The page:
Life at 33 1/3: The album classics of 1968

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The Beatles, The Beatles (Apple) – Released: November 22, 1968

A wondrous treasure of songs and styles.  Not four solo albums rolled into one as some say, but at least partly a full fledged group effort, though most of Paul McCartney’s contributions ended up as solo recordings thanks to the evil moods of John Lennon, who’s sharp tongue kept lashing out both at him and his songs.  John was high on heroin, Yoko and his own ego, so Paul preferred to work on his own songs alone (or with Ringo).

Paul, bless him, did not reciprocate, but rather threw himself wholeheartedly into both Lennon and Harrison’s songs, recreating the old group magic, his contributions to “While My Guitar Gently Weeps”, for instance, are crucial.  The irony is that because Paul’s own recordings differ from the group efforts, they actually turn the album into a richer listening experience.  John Lennon must have appreciated this in the end as his acoustic solo performance of “Julia” was the very last song recorded for the “White Album”.

I don’t think there is a single genre or style in popular music not present on “The Beatles”.  The greatest double album of all time?  I think so.

Contents: Back in the U.S.S.R./Dear Prudence/Glass Onion/Ob-La-Di, Ob-La-Da/Wild Honey Pie/The Continuing Story of Bungalow Bill/While My Guitar Gently Weeps/Happiness Is a Warm Gun/Martha My Dear/I’m So Tired/Blackbird/Piggies/Rocky Raccoon/Don’t Pass Me By/Why Don’t We Do It in the Road?/I Will/Julia/Birthday/Yer Blues/Mother Nature’s Son/Everybody’s Got Something to Hide Except Me and My Monkey/Sexy Sadie/Helter Skelter/Long, Long, Long/Revolution 1/Honey Pie/Savoy Truffle/Cry Baby Cry/Revolution 9/Good Night

The Rolling Stones, Beggars Banquet (Decca) – Released: December 6, 1968

The Stones going back to basics after the psychedelic (but actually quite underrated) “Their Satanic Majesties Request”.  Some tracks are almost unplugged acoustic blues, and even the thundering “Street Fighting Man” is actually an acoustic number, there’s no electric guitars on it.

The mood of the album is a disillusioned and resigned response to the chaotic 1968, a year of aggressive student demonstrations, assassinations (Robert Kennedy and Martin Luther King Jr.), bloody battles in Vietnam (the Tet-offensive and the battle of Khe Sahn), the Soviet invasion of Czechoslovakia.  The hypnotic and dark “Sympathy For The Devil” opens the album, while the gospel like “Salt Of The Earth” closes it, offering some sort of bleak consolation.

Contents: Sympathy for the Devil/No Expectations/Dear Doctor/Parachute Woman/Jig-Saw Puzzle/Street Fighting Man/Prodigal Son/Stray Cat Blues/Factory Girl/Salt of the Earth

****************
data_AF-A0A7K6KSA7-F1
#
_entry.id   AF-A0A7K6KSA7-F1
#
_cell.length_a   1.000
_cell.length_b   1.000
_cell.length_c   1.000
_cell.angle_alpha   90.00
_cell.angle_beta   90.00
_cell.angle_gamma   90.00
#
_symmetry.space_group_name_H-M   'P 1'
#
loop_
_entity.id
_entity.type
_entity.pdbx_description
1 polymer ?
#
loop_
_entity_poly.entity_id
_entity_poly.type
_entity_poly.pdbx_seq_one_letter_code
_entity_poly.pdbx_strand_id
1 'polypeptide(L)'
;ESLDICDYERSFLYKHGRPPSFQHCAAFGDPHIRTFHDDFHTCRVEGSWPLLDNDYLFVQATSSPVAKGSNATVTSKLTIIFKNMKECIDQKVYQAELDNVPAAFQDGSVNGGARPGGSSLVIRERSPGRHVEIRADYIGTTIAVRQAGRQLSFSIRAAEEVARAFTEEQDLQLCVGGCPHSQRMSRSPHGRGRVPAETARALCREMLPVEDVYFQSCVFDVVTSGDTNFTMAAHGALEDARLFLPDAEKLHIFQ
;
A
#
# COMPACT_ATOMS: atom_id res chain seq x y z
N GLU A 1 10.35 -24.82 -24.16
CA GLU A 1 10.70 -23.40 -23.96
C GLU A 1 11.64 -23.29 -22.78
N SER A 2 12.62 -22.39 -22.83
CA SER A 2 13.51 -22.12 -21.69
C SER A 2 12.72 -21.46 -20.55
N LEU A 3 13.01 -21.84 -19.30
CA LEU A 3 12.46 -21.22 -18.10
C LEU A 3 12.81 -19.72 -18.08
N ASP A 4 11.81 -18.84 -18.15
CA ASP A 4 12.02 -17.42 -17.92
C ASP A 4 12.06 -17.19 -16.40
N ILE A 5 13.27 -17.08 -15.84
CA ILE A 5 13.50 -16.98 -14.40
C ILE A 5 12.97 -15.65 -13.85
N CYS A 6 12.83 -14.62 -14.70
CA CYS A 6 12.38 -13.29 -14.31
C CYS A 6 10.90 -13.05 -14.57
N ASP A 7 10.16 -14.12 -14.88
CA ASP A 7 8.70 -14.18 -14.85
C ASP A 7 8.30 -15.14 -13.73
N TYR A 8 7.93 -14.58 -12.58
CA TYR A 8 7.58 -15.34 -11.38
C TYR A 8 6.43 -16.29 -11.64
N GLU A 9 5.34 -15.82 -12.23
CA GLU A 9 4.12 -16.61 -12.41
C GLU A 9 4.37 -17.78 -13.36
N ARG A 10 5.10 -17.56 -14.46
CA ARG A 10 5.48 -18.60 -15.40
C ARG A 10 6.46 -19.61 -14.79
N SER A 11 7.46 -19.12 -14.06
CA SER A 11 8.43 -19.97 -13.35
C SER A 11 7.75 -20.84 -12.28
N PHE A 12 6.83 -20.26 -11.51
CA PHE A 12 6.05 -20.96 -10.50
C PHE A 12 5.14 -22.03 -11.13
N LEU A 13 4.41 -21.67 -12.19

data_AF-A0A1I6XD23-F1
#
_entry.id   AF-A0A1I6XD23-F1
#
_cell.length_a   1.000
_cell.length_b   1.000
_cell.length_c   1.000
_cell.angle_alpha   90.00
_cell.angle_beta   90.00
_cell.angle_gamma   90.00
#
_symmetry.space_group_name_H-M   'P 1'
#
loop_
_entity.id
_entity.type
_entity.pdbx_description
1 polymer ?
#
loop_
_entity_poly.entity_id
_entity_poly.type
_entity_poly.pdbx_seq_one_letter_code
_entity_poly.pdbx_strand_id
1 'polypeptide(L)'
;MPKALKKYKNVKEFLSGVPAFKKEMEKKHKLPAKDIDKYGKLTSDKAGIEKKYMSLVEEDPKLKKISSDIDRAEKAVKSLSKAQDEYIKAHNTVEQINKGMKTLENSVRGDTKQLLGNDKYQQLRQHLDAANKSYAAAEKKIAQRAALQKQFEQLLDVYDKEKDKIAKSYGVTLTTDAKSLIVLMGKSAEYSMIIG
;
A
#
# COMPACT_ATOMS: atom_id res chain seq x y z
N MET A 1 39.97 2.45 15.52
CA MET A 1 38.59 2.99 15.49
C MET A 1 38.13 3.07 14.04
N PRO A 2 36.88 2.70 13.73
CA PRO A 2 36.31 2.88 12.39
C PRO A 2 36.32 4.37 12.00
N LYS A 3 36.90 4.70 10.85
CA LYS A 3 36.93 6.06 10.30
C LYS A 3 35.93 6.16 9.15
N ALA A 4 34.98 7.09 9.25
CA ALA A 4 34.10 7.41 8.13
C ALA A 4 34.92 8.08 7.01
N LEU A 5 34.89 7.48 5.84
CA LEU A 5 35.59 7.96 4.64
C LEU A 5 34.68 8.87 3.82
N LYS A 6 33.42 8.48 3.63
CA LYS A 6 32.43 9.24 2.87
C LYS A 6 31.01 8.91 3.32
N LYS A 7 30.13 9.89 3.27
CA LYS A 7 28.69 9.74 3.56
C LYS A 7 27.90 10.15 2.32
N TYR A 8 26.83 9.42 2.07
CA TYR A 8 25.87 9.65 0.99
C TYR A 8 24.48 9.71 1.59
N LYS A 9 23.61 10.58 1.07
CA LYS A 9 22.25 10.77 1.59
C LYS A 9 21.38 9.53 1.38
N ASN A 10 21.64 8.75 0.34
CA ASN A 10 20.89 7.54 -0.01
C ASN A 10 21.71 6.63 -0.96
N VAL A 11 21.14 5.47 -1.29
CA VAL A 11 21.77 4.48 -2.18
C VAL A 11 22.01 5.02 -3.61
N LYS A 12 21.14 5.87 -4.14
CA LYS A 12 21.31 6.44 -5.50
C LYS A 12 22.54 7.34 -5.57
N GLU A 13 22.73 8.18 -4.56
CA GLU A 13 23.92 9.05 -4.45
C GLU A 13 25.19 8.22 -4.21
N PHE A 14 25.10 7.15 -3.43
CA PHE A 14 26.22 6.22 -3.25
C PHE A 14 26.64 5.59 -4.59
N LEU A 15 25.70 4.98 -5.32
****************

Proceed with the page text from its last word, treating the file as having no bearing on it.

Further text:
The Band, Music From Big Pink (Capitol) – Released: July 1, 1968

“Music From Big Pink” came as a revelation when it arrived in July 1968.  No studio tricks, no backwards guitars, no interstellar overdrives, just a plain and simple record consisting of songs about basic values performed by a collective of musicians who loved each other’s company and who treated each song, every note they played, with love and awe.  They looked like men from the mountains, men of soil – so distant from Carnaby Street that they probably had travelled through time.

I won’t say that “Music For Big Pink” saved rock, but it did show that there were other paths to walk, and it sure reclaimed some of what was being lost in the drugged out mumbo jumbo of psychedelia.  Levon Helm, Rick Danko and Richard Manuel have all left us.  On “Music For Big Pink” they shine forever.

Contents: Tears of Rage/To Kingdom Come/In a Station/Caledonia Mission/The Weight/We Can Talk/Long Black Veil/Chest Fever/Lonesome Suzie/This Wheel’s on Fire/Shall Be Released

Mothers Of Invention, We’re Only In It For The Money (Verve) – Released: March 4, 1968

The sleeve is a hilarious parody of “Sgt. Pepper”, already an icon in 1968, but EMI interfered.  Zappa had to invert the concept, so the inner gatefold became the outer sleeve.  He blamed The Beatles, but Paul McCartney who loves the cover, claims that it was not their decision at all.

The record itself satirizes the hippie movement so cleverly that the targets at first didn’t realize the joke was on them.  It also lashes out at left wing politics and right-wing squares without missing a beat, the punch line being that anybody belonging to a movement should be approached with caution and contempt.